Sahloul said that SETF is in Syria at least every two months and because of this, he believes that the longer this issue drags on, the window of peaceful nuance will go away as sectarian hatred grows and atrocities continue.

Sahloul’s father is heavily involved with the country’s issues, and works for the Syria American Medical Society. He visits Syria every two months to set up medical camps and provide aid.

“The medical situation there is dismal,” Sahloul said. “People say you’re better off being dead than injured in Assad’s Syria.”

Deena Darwan, senior in Media, is a Syrian native whose family lived in Damascus.

“In 2006, we moved from America to Syria and we’ve lived there ever since, but now the last person in my family to leave Syria was my dad in December,” she said.

She said she was visiting her family in Syria in March 2011 when the uprisings began.

“I was in Lebanon at school when it all started and would visit my family in Damascus. But once the uprising started, check points increased and soldiers would search our stuff and look through our laptops,” Darwan said. “And soldiers would do whatever they wanted to us when we crossed the checkpoint.”

Darwan said that she could feel the tension in the atmosphere during the early days of the uprisings and said it is drastically different than the atmosphere in the United States.

“We were scared that if one of us said something against the government, another one of us would get kidnapped,” she said. “Honestly right now I can’t even imagine how people are still living there.”

But through the tragic times, rays of good grace are still evident, Darwan said. She explained that people who have left the country are not selling their homes, but are rather letting families from the affected areas sleep in their houses and take shelter there if their homes are in safer areas.

“Their cities are completely demolished, and they have nowhere to go, so people want to help in anyway they can,” Darwan said.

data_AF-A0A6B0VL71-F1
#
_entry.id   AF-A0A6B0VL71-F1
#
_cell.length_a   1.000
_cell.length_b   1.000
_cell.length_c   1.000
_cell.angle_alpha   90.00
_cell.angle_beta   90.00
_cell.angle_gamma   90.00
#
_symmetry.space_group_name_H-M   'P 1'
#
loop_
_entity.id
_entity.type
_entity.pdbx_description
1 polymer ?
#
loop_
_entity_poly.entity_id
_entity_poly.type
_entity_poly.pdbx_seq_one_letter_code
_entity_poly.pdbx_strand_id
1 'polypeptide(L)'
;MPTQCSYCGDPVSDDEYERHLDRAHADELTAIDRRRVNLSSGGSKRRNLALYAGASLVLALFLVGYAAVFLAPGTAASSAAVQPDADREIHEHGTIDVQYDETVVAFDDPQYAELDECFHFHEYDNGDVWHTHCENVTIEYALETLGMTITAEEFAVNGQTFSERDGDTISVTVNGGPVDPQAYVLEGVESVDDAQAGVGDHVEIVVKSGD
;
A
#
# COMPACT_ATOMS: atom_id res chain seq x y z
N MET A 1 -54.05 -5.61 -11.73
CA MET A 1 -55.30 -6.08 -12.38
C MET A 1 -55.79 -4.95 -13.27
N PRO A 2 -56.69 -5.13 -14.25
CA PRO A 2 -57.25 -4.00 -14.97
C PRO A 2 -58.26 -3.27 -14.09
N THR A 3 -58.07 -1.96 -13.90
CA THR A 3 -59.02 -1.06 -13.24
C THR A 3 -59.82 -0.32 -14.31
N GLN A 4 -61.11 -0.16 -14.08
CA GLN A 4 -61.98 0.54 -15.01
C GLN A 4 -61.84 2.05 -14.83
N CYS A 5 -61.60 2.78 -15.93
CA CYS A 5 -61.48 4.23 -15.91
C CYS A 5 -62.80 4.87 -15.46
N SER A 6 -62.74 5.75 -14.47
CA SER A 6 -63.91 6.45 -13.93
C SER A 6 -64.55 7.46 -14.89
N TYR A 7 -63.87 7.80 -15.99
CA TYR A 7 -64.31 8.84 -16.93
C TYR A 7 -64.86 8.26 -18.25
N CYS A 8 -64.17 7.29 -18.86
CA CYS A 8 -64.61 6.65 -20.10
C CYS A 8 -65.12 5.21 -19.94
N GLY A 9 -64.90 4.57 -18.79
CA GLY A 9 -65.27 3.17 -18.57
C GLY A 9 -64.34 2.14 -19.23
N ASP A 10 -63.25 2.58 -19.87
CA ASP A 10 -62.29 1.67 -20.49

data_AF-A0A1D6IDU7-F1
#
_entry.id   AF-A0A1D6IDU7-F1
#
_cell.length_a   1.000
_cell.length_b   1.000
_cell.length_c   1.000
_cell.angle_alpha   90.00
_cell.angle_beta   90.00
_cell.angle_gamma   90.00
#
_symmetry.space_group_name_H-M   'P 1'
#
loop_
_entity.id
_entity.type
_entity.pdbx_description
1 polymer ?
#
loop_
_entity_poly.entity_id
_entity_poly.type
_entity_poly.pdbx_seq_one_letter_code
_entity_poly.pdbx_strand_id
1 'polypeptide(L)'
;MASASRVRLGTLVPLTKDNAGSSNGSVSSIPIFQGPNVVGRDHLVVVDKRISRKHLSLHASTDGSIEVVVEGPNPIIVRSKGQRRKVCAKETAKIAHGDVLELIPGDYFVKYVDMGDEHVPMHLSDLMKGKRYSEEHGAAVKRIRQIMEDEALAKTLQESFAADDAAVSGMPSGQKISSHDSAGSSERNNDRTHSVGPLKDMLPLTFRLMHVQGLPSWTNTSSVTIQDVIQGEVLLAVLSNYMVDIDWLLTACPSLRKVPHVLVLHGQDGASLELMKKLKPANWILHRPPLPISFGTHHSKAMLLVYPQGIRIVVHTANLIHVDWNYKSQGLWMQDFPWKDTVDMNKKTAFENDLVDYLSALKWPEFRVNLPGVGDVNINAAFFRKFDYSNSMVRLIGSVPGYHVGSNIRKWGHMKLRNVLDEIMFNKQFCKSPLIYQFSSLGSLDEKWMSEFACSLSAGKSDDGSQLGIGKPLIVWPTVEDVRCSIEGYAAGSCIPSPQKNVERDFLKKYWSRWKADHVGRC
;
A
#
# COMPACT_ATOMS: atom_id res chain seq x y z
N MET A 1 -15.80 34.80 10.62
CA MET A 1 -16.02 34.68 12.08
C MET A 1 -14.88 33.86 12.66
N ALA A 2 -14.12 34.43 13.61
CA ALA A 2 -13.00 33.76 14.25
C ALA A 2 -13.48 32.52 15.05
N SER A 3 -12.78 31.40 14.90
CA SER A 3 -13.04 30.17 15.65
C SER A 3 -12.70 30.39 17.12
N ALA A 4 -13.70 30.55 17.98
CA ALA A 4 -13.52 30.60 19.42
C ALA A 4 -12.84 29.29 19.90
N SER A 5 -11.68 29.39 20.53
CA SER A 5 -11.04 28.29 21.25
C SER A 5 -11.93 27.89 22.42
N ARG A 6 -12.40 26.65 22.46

In Sahloul’s opinion, true progress for Syria will not occur until Assad no longer has power.

“We have to move Syria to its next chapter in history. What is going on is bad for the global economy and a terrible example for international law,” he said. “In Syria, no one sees the light at the end of the tunnel, but you will not SEE the light at the end of the tunnel, you have to imagine it. The Syrian people want what I have: the ability to think freely,” Sahloul said.

Yassar Bittar, University alumna, is a community outreach coordinator for the National Coalition of Syrian Opposition and Revolutionary Forces, which she describes as an official political opposition body. She is a Syrian American whose family comes from Homs as well, a city she said she believes is mostly demolished. Bittar explained that despite the atrocities occurring in Syria, a better future is possible through international negotiations.

Bittar is also a member of The Syrian American Council, an organization that provides humanitarian aid to Syria and information to the United States about what is happening abroad. Through this council, she said she visited liberated areas in Syria twice in the past year, and, while on her trips, witnessed the horrors of Syrian life.

Although they were in liberated territories, these areas were still prone to air strikes and bombardment, Bittar said.

“I witnessed a fighter jet drop a bomb on a building 300 meters away from me. The windows of the building I was in shattered. This killed 18 people, 10 of whom were actually children,” Bittar said.

Bittar also imagines the light at the end of the tunnel for Syria and believes that the humanitarian work she saw while in Syria greatly helps the country’s grim situation.

“I saw grassroots organizations that had come together to run the daily needs of the people and the town, whether it be humanitarian work or security work,” she said.

She said that other groups within the liberated areas were also forming to organize cities and towns and bring people simple resources like electricity.

“Amazing things were going on, there were Syrians, for the first time, able to democratically elect their leaders, and they lived life. It was unreal for me to see,” Bittar said.“Yes, the longer this conflict drags on the more difficult it will be for reconciliation efforts to take place. You will see sectarian tensions rising, you will see the extremists that are unwanted by the Syrian people rising, but the goal is political settlement. We want a transitioning body that will keep the institutions that I saw slowly rise, as well, stay in place.”

Saher can be reached at [email protected]